-  Sam Harris argues intensely against this idea.  Religion has been the source or cause for much of the violence and ignorance seen in the past and to this day.  In other words, we would be better not to believe that 72 virgins awaits us in the hereafter if we kill infidiels.  Also, how much more would one value life if they KNEW this was the one chance they had.  enough said.  But if you stil need convincing, read End of Faith by Sam Harris.

i guess the idea is that, at one point humanity had a reason to believe in something greater than themselves, as there was "visual evidence" for this being's intervention in their everyday lives, at least according to their ideas about god.  now though, we know that god is not slinging thunderbolts at sinners, so we have no evidential obligation to believe in his existence… hmm?

 
snakechic
 
Avatar
 
 
snakechic
Total Posts:  326
Joined  16-06-2005
 
 
 
31 January 2006 10:11
 

Hi Ted

I liked your post.

so we have no evidential obligation to believe in his existence… hmm?

Now I think you hit my nail on the head. I felt I had exactly that ‘an obligation’. Through family ties! For me, the easy bit is to disproved the bibble and so on…but its the family coehesion or cohersion that’s the sticky or hard part.

The family tend to get a bit upset with a person if they say..‘god is dead’ at the dinner table.

I don’t mean to sound trite….the family connection and also how knowledge is passed on from one generation to another is (i think) the main reason god continues to exist.

 
mudfoot
 
Avatar
 
 
mudfoot
Total Posts:  1038
Joined  22-12-2005
 
 
 
31 January 2006 10:28
 

Try epilepsy.

Many (if not most or all) religious innovators—from Zoroaster to the guy ranting and raving on the street corner—come about their beliefs through direct experience of something which to them is so profound and tangible that it must be inspired by the very underpinnings of the universe itself (cymbals crashing).  Even though nobody else perceived it.

The logical gyrations you’re trying to unwind come after the fact either by the innovators to explain their experience or by their followers who are trying to justify it all, but probably haven’t a clue as to the actual experience.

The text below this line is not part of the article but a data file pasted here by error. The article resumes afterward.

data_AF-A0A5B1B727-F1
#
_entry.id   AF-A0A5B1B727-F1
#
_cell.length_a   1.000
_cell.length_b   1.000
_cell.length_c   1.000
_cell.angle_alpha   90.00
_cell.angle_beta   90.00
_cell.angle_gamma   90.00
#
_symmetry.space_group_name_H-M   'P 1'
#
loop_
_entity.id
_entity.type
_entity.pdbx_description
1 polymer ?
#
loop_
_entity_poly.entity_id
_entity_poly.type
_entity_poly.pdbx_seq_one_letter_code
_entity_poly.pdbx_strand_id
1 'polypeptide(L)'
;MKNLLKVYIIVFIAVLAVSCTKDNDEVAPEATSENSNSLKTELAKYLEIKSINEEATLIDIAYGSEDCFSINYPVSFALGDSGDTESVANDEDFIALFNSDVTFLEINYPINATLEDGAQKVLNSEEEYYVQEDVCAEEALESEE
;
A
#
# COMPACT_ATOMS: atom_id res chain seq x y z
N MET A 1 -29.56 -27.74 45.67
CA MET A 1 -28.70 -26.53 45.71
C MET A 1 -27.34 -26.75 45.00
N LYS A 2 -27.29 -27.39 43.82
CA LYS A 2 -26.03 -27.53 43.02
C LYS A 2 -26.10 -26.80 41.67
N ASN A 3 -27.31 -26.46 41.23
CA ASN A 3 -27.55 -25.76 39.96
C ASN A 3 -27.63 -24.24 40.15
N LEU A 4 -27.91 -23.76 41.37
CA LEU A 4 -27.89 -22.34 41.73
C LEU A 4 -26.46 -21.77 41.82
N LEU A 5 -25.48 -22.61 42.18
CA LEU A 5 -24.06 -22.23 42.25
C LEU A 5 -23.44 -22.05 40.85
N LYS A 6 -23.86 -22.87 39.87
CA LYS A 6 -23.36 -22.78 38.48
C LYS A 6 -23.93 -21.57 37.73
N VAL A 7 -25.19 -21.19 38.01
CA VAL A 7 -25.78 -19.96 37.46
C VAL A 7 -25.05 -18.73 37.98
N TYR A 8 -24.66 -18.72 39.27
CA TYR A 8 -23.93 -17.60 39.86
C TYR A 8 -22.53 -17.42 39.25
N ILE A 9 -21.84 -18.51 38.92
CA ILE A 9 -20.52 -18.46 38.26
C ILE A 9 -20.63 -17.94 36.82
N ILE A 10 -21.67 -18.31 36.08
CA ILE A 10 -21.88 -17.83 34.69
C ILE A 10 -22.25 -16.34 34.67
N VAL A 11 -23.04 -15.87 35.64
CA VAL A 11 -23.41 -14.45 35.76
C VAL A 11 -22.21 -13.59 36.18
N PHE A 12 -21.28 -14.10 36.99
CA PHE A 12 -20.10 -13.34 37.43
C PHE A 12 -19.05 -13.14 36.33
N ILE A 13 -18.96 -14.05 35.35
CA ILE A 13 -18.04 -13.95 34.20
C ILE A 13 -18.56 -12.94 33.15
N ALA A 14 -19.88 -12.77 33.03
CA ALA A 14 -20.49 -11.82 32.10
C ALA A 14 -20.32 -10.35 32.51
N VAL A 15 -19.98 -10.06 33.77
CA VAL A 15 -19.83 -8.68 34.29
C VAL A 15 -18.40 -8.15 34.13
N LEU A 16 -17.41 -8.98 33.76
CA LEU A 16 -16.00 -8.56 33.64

Cases in point:  Moses & the burning bush, Jesus in that valley where the devil tried to convert him, Mohammed’s visions, Buddha under the bo tree, etc.

One hypothesis is that there’s a special strain of epilepsy which causes these experiences—Dostoyevsky experienced it, and had this to say about Mohammed:

[quote author=“Dostoyevsky”]
Mohammed assures us that he saw paradise and was inside… He really was in paradise during an attack of epilepsy, from which he suffered as I do. I do not know whether this bliss lasts seconds, hours, or months, yet take my word, I would not exchange it for all the joys which life can give.

 
ew1
 
Avatar
 
 
ew1
Total Posts:  129
Joined  30-11-2005
 
 
 
31 January 2006 11:32
 

[quote author=“snakechic”]Hi Ted

I liked your post.

so we have no evidential obligation to believe in his existence… hmm?

Now I think you hit my nail on the head. I felt I had exactly that ‘an obligation’. Through family ties! For me, the easy bit is to disproved the bibble and so on…but its the family coehesion or cohersion that’s the sticky or hard part.

The family tend to get a bit upset with a person if they say..‘god is dead’ at the dinner table.

I don’t mean to sound trite….the family connection and also how knowledge is passed on from one generation to another is (i think) the main reason god continues to exist.


thats definitely a good point… though one i took for granted.  you are right though, many people i have talked to use the reasoning: “well i was brought up to believe this…” 


[quote author=“mudfoot”]Try epilepsy.

wow. thats definitely interesting.  to be honest, i wasnt aware of that.  thanks for sharing.

 
nv
 
Avatar
 
 
nv
Total Posts:  7998
Joined  29-04-2005
 
 
 
31 January 2006 16:55
 

The etiology of Deistic adherence is a topic that’s been explored thoroughly on these forums. But I suppose it would be pretty daunting to try to get an overview of what’s been said by reading all the millions of words collected here.

Temporal-lobe epilepsy is purported to be one of the chief causes of godly revelation. I seem to have had one when I was 17. I was in my bedroom, lying in bed. I had a vision, and it was not a dream. I’d prefer not to go into the details of the vision here, but I suppose I could. The details of my particular TLE seizure, if that’s what it was, don’t really matter. It was Deistic-based. I’ve read that others are alien-abduction based.

Rod, if you’re watching this thread, can you tell us anything about the prevalence of TLE? It only happened to me once, and I’ve heard that it’s not unusual for a teenager to experience one or two seizures, then never have another one again. I realize you’re probably not a neurologist, but you’re obviously more qualified than most to speak to this issue.